Double-Unders: Grinder Friend or Foe?

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CrossFit Double Under

CrossFit Double Under

Photo by Robert Reiff

There are movements in CrossFit that can make or break a WOD. The double-under (two rotations of a jump rope per jump) is one that can separate you from the class in either direction. If you have it down, you can take an average score or time and really establish yourself as a top dog. If you struggle with them, you’ll probably consider not even going in to train that day.

I have been very much on both ends of this spectrum.

This is my story.

When I began in 2010, I had lifted, played various sports, coached, run, trained, etc. While I struggled with new movements such as pull-ups and Oly lifts, I was doing fine adjusting to transitioning between sets in a WOD and knocking out the basics like box jumps, presses and sit-ups. I could jump rope. Not like a lot, but I could do it and do it at a decent level for someone my age. Because I did not grow up a female, I had not spent much time in my youth jumping rope during recess. My coach, Brian, showed me double-unders and explained that they were a fundamental movement in CrossFit and especially important in terms of competing.

So I tried a few.

My attempts would later be described as “a monkey going through electric shock” or “someone who was choking and decided to jump around to get the food out of their throat.” These were not taken as compliments. The initial look of shock on Brian’s face was also concerning to me. I looked around to see if maybe I had knocked something over or that I had hit someone with the rope. His open-mouthed gaze seemed to be a cross between astonishment and horror. I took this as a bad sign. As a good coach, Brian suggested things like jump a little higher but with less knees up to your armpits, faster rope swings, it’s really in the wrists, snap the wrists — and things of that nature.

I listened. I nodded. I tried again.

I heard him mumble, “Oh man.” And not because I suddenly “got it.”

At this point, he had closed his eyes and was shaking his head as if to try to pry free the image he had just been forced to watch. I again took this as less than a good sign.

So I tucked this experience away and over the next year or so, whenever DUs popped up in a WOD, I’d just opt for the scaled version and do the 2 to 1 ratio (i.e., 50 DUs in a WOD would mean I did 100 single-unders — you get the idea). I did try occasionally to throw in a couple of attempts here or there, but the look on my fellow CrossFitters’ faces combined with the severe whipping my hands, forearms, back and toes (that’s right, I would famously whip my toes so badly they often bruised) was enough to get me to abandon the effort quickly and plod along with my dinky singles. But then, Brian called my bluff.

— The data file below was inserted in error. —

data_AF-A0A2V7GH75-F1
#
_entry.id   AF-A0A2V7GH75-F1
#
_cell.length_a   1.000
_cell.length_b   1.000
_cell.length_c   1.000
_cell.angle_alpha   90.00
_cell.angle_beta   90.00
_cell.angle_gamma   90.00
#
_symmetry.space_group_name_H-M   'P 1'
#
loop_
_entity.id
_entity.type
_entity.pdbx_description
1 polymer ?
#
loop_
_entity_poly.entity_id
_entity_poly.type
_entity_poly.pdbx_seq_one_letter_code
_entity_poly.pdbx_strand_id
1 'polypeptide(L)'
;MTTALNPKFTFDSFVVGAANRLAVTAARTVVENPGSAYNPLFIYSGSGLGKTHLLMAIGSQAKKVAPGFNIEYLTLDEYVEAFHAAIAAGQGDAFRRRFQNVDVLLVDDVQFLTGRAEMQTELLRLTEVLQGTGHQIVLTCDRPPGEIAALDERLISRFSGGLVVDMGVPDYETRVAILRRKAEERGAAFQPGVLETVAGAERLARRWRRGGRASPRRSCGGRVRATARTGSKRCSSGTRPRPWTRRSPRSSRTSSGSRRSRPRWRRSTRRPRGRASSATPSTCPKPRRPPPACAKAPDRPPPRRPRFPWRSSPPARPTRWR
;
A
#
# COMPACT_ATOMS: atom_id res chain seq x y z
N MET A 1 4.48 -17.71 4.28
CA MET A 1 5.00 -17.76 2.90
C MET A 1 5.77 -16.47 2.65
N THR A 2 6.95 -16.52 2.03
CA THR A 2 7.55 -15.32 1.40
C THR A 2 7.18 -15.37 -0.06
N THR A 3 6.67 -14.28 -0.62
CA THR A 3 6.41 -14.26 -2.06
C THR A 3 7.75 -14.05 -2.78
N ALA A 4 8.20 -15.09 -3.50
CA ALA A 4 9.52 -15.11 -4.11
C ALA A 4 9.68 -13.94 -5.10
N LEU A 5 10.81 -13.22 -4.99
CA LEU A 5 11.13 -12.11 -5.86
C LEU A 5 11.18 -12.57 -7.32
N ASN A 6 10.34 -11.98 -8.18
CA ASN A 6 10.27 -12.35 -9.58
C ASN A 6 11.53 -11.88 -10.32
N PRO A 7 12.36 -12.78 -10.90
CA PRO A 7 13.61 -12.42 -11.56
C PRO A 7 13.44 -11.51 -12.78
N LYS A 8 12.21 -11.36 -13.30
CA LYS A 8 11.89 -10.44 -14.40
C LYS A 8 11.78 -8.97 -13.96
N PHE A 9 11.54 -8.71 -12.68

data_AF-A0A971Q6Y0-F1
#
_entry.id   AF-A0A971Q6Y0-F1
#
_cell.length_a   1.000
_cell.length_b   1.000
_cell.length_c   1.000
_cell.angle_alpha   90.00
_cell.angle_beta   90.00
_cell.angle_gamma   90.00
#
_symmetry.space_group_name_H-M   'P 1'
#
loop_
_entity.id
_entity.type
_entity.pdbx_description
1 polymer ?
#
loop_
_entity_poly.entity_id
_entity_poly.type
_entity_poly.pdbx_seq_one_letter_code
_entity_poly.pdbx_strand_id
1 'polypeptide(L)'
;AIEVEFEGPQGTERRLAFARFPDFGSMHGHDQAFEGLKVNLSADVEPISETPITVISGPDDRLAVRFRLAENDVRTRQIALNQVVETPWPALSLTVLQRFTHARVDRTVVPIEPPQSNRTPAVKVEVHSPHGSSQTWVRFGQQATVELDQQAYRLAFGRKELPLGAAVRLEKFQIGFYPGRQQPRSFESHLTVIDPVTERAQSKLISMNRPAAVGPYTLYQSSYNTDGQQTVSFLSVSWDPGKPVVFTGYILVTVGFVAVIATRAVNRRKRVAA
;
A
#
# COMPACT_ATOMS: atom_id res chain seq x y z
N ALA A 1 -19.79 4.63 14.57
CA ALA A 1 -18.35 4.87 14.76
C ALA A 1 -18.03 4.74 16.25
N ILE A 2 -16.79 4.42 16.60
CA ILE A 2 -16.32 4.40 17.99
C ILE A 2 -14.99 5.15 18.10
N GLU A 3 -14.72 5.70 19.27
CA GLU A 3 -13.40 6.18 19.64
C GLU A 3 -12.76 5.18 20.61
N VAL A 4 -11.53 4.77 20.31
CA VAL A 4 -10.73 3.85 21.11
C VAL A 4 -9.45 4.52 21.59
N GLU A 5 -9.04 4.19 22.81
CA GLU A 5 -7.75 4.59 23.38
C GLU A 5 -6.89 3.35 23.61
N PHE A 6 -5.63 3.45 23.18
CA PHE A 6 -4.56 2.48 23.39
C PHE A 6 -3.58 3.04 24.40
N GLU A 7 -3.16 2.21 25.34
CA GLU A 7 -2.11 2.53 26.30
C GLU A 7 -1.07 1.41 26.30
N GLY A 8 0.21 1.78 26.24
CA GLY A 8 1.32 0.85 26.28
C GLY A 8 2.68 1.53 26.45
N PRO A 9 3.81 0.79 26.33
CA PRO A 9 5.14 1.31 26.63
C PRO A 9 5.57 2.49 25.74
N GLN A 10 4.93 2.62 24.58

One day, out of nowhere, he announced that from now on we all could still scale our DUs to singles, but that the ratio would be 5 to 1 instead of 2 to 1. I felt like he was looking at me the whole time. This would mean that if there were 100 DUs through the WOD, I would have to tackle 500 singles. Hell no!!

So I did the unthinkable. I spent a couple of months beating myself almost to the point of breaking the skin, practicing double-unders over and over. I watched Chris Spealler knock out over 200 DUs in videos and watched videos from Again Faster and other CrossFit instructors as they broke down the movement step by step, over and over.

During one of my WODs, I grabbed one of the new ropes without a second thought. As we began to train, I got my spastic first DU then cruised through a couple of singles, but then I did five DUs in a row. Next I did seven, and followed that with a set of 10. I wasn’t sure what was going on. Brian explained to me that the new rope was a little heavier. It was honestly a few ounces if that, but that slight bit of weight made all the difference. Whether it was mental or that extra ounce, something caused the things I’d spent months working on to finally click.

This is no fairytale, and I didn’t walk out that day busting out sets of 50 at a time. But each training session I did after that, I’d go early and grab that rope. I got better. First I got 20 unbroken, then 30, and a month later I was hitting 40 unbroken. I took some Christmas money and bought a custom Rx Rope from Rogue with nice padded handles; it’s a heavier rope and customized to my height. Earlier this year I knocked out a PR of 73 unbroken DUs. My new goal is to get 100.

Now when I see DUs as part of a workout, I am eager to get in there and tear it up.

There are lots of people being beaten down mentally and literally by the elusive double-under. I don’t have a magic fix that will work for everyone, but here are some tips:

  1. Try a heavier gauge of rope.
  2. If you’re getting close, getting a rope custom-fit to your needs and height could help.
  3. Practice, man! No matter how lame you think you look, everyone was there at some time.
  4. Do your research. There are tons of videos and instructors out there to help.
  5. Try training aids. There are various half ropes and handles with wiffle balls on them to teach you how to use your wrists and learn the rhythm you’ll need to balance out the spin and jump timing you need to bust out some high-number reps.

I’m sure many of you have dealt with the successes and failures of this movement. Share them with me at jtolgrinder @ gmail.com. I’d love to hear from you. Stay on the grind. — Jamie Toland (JTol) @JTolgrinder (new Twitter name)